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Candida Vulvovaginitis

  1. What is candida vulvovaginitis?
  2. Risks
  3. Symptoms
  4. Diagnosis
  5. Treatment
  6. Prevention
  7. Other names for candida vulvovaginitis

What is candida vulvovaginitis?

Candida vulvovaginitis, also known as vaginal thrush or a vaginal yeast infection, is a common infection of the vulva and vagina caused by a fungal yeast called candida. Candida is normally present in small amounts on the body but, under certain circumstances, it can overgrow, causing an infection. It is not normally a sexual transmitted infection, but can sometimes be passed between sexual partners. Main symptoms include vulval itchiness, pain during sexual intercourse and vaginal discharge. Thrush can be easily treated with over-the-counter medications. It can reoccur, especially at times of stress, or in people who have diabetes or immune system disorders.


This condition is caused by a yeast, candida albicans, which normally lives on the body. Under certain circumstances, candida can overgrow and cause a troublesome infection. This is a very common condition in adult women, but can affect females of all ages. Though it is not considered a sexual transmitted infection (STI), it is more common in people who are sexually active. Other risk factors include the use of antibiotics, pregnancy, a weakened immune system and diabetes. Some people find that humid, warm climate conditions make them more susceptible to this condition.


The most common symptoms of this condition are itchiness and burning of the vulva and vagina and a thick, clumpy, white discharge. Some people also experience pain or discomfort during urination or sexual intercourse.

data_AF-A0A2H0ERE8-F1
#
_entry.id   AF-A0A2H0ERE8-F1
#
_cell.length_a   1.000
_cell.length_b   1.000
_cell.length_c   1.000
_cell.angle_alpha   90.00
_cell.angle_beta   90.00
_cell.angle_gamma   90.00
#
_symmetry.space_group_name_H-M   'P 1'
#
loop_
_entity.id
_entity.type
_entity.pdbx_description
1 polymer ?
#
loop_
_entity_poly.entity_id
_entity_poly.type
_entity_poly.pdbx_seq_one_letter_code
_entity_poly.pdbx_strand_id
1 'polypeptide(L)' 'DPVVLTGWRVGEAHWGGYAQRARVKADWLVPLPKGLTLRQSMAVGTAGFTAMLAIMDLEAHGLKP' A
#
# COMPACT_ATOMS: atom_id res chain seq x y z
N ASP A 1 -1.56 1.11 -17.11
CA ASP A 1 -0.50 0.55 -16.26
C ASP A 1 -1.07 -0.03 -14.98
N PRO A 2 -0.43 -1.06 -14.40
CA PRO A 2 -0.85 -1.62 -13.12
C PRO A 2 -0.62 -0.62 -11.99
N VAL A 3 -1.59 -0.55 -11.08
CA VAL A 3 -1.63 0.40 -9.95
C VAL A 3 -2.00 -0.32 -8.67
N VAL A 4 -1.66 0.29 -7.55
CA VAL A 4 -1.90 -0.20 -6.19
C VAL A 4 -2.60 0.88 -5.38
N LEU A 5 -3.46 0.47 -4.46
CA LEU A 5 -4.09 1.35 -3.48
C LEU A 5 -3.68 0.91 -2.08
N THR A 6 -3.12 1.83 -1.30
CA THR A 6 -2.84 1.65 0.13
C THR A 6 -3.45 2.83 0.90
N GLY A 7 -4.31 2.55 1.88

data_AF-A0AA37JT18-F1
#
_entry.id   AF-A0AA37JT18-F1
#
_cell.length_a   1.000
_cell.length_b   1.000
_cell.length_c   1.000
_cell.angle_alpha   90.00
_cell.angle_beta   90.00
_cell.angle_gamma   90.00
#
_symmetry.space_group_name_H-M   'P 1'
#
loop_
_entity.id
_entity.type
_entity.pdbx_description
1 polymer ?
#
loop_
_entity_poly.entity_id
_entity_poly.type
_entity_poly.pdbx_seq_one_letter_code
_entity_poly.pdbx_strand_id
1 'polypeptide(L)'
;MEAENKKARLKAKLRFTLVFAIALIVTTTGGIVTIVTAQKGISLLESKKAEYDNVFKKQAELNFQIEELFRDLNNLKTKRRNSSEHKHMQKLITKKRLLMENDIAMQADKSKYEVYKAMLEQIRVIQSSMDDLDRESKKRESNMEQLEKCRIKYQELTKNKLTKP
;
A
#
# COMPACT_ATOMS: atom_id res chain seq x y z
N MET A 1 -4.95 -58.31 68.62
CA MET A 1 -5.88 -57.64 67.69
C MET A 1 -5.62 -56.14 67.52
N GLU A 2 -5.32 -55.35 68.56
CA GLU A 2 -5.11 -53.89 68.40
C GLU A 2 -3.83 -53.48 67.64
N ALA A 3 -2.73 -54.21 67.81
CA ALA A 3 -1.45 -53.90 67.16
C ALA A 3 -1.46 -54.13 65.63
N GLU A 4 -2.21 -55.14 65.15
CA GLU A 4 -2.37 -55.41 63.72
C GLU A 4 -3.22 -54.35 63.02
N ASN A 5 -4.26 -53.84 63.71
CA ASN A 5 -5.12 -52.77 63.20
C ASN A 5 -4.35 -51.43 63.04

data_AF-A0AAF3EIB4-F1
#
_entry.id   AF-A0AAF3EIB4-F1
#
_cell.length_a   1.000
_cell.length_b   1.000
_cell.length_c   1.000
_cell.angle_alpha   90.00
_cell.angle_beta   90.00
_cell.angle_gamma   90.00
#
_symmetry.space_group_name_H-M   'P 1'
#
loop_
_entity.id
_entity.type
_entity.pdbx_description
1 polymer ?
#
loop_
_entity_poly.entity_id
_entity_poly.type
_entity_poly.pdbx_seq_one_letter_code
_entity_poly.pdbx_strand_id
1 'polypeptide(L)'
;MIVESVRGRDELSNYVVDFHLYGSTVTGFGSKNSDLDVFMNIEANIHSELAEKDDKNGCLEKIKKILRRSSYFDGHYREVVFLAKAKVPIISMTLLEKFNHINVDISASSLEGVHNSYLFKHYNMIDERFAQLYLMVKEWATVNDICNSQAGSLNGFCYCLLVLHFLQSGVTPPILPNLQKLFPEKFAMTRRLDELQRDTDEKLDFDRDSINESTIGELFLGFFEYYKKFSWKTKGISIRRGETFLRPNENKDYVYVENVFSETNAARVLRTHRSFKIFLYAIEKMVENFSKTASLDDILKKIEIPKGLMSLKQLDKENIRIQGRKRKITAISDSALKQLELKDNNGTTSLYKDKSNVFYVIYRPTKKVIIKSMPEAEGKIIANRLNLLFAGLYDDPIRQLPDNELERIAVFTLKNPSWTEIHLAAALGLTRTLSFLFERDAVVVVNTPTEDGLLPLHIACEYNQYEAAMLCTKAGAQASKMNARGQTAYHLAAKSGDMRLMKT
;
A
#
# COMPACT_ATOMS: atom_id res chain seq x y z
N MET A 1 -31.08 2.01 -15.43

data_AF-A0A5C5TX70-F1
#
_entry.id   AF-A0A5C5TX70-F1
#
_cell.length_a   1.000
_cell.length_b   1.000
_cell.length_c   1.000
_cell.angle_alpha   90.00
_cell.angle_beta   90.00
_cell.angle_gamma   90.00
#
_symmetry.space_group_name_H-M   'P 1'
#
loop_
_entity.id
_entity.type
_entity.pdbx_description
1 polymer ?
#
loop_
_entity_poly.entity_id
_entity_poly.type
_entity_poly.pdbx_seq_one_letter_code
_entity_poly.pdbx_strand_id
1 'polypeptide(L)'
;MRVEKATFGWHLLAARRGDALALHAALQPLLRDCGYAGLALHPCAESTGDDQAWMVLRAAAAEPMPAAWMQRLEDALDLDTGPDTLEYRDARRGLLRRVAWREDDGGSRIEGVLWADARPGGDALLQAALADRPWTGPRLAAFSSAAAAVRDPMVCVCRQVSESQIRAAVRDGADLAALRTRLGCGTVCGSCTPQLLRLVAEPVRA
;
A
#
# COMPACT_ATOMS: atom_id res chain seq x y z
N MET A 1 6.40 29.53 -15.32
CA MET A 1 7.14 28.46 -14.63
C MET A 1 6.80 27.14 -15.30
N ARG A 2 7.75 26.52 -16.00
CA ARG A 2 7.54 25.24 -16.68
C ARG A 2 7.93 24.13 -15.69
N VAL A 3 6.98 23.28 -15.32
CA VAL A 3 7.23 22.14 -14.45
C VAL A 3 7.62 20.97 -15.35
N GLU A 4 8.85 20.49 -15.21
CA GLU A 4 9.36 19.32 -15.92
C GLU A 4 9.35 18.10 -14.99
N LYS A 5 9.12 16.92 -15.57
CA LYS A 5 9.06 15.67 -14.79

The diagnosis is usually based on the symptoms and physical examination. If the diagnosis is uncertain, a sample of the vaginal discharge may be taken and investigated for the yeast.


Treatment consists of anti-fungal medication, which can be applied as a cream to the vulva, as a pessary in the vagina, or taken in tablet form. Although many people find tablets convenient, the creams and pessaries are often soothing to the itchy, sore skin.


Avoiding underwear which traps heat and moisture can help to prevent this condition, especially in humid climates. Avoiding the use of antibiotic tablets if another preparation is appropriate (such as an antibiotic cream or ointment) may also be helpful. Maintaining good blood sugar control also helps to prevent this condition from developing in diabetic people.

Other names for candida vulvovaginitis

  • vaginal thrush
  • candida vaginitis
  • vaginal yeast infection
  • vulvovaginal yeast infection
  • thrush
  • vulval candidiasis